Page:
We are doing science for policy
The Joint Research Centre (JRC) is the European Commission's science and knowledge service which employs scientists to carry out research in order to provide independent scientific advice and support to EU policy.
An overview of regulatory solutions worldwide on the use of nanotechnology in food and feed production shows a differing approach: only the EU and Switzerland have nano-specific provisions incorporated in existing legislation, whereas other countries count on non-legally binding guidance and standards for industry.
The JRC has published science-based options to improve the clarity and the practical application of the EC recommendation on the definition of a nanomaterial.
On 1 July, the European Nano-Characterisation Laboratory funded by the European Union’s Horizon 2020 research and innovation programme was launched.
Today at the Slovak Academy of Sciences in Bratislava, Prof. Pavol Šajgalík, President of the Slovak Academy of Sciences, and Vladimír Šucha, Director General of the JRC, signed a Memorandum of Understanding (MoU).
The JRC released a first version of its web platform on nanomaterials which is mainly based on links to available information.
The wide use of nanomaterials in innovative applications and new consumer products, the increasing amount of nanomaterial-related information made available through the internet, and the growing importance of legislation on nanomaterials have triggered requests to facilitate access to relevant information.
The European Commission has adopted today the second regulatory review for nanomaterials. Nanotechnology has the potential to create major technological breakthroughs and rekindle economic growth. In recognition of this fact, the Commission presents its plans to improve EU law to ensure its safe use.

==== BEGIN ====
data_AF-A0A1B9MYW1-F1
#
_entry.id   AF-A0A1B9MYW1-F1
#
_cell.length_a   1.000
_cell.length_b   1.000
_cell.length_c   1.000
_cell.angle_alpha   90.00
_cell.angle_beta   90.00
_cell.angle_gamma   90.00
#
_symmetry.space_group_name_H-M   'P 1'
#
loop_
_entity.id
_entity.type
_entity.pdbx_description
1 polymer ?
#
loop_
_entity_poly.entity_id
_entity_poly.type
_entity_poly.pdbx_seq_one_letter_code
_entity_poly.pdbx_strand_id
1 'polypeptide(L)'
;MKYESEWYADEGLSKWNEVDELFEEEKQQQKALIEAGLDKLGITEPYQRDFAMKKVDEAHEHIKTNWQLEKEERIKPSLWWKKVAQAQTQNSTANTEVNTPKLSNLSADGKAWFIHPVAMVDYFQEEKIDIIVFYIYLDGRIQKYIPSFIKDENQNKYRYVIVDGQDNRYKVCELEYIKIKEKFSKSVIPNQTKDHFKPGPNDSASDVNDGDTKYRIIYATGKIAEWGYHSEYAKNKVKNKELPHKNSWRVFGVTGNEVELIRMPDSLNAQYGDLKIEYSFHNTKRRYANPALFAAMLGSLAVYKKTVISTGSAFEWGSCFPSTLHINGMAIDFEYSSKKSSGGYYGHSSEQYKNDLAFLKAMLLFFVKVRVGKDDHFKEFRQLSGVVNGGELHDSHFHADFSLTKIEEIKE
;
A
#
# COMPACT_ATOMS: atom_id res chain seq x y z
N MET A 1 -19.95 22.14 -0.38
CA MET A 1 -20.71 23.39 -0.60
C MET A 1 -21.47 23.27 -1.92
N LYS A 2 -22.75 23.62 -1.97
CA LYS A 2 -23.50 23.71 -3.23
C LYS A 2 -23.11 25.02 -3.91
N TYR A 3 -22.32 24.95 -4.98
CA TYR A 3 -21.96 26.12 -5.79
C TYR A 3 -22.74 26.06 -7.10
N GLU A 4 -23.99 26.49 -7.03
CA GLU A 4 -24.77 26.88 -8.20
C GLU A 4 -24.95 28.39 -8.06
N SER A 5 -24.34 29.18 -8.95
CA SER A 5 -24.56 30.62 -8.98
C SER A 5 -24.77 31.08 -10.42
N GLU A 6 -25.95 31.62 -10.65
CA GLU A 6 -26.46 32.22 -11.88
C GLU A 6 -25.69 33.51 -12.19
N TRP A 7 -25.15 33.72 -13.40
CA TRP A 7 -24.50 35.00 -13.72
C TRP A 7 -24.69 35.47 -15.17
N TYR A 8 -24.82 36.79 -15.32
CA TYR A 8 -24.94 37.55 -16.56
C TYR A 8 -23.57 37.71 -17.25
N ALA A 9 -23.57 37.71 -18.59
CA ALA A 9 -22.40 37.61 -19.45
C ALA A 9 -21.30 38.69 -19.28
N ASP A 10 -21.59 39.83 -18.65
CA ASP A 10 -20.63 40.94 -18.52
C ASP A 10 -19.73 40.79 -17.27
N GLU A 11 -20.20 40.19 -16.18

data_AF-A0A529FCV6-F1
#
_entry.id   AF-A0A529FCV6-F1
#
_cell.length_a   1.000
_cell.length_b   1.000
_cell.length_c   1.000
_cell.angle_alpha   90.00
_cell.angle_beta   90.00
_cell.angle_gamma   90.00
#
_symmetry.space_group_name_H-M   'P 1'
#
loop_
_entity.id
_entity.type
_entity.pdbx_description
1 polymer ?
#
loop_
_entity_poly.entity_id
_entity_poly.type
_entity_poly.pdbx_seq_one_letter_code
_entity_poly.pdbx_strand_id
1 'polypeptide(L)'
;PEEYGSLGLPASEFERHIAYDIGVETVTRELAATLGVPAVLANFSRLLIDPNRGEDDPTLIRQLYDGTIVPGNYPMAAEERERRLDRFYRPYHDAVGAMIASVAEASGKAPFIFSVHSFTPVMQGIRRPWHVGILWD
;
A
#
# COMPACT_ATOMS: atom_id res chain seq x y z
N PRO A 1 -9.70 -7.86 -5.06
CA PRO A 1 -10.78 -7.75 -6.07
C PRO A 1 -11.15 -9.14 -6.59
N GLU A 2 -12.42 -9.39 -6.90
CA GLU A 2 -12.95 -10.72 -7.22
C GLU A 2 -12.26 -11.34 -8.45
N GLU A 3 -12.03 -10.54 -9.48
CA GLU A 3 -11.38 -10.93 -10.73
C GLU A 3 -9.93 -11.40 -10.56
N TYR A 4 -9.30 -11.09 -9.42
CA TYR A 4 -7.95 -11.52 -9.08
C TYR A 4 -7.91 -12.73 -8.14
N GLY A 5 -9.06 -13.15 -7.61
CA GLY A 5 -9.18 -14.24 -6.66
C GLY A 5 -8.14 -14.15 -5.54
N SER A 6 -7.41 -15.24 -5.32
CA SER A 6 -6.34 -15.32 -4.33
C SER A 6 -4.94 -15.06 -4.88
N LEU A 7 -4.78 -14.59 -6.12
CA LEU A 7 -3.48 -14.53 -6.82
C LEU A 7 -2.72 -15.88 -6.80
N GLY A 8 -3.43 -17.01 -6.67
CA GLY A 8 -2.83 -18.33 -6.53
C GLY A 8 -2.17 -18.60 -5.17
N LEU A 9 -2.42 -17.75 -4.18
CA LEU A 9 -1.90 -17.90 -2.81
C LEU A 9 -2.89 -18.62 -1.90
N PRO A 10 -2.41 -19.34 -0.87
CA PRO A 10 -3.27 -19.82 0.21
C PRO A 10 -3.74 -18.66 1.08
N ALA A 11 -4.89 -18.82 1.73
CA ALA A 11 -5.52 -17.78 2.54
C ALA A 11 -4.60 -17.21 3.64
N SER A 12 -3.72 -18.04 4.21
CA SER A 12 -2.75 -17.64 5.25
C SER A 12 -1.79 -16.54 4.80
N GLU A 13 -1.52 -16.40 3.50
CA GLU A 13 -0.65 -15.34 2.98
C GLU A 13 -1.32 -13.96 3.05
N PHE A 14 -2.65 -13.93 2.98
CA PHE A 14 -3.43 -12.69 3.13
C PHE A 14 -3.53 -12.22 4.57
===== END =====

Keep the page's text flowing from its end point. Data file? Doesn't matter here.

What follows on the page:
The JRC and the Macedonian Ministry of Education and Science have jointly organised an information day in Skopje. During the event, Pan e Kralev, Minister of Education and Science, and Vladimír Šucha, Deputy Director General of the JRC, announced an agreement to enhance scientific cooperation in fields of mutual interest.
The JRC's Institute for Reference Materials and Measurements (IRMM) has developed its second certified nanoparticle reference material (CRM). Similar to the world's first nanoparticle CRM based on industry-sourced particles released a year ago by IRMM, the new material with the code ERM-FD304 consists of silica particles in an aqueous environment. Silica nanoparticles are presently amongst the most widely used nanoparticles in products such as polish, whiteners and dispersants.
On 18 October the JRC and the European Academies Science Advisory Council (EASAC) signed a Letter of Intent to strengthen co-operation between the two organisations. Dominique Ristori, Director General of the Joint Research Centre, and Sir Brian Heap, President of EASAC, signed the agreement during a ceremony at the Royal Academies for Science and the Arts of Belgium.
On 18 October the JRC and the European Academies Science Advisory Council (EASAC) presented a joint report on the state-of-the-art knowledge on safety aspects of engineered nanomaterials.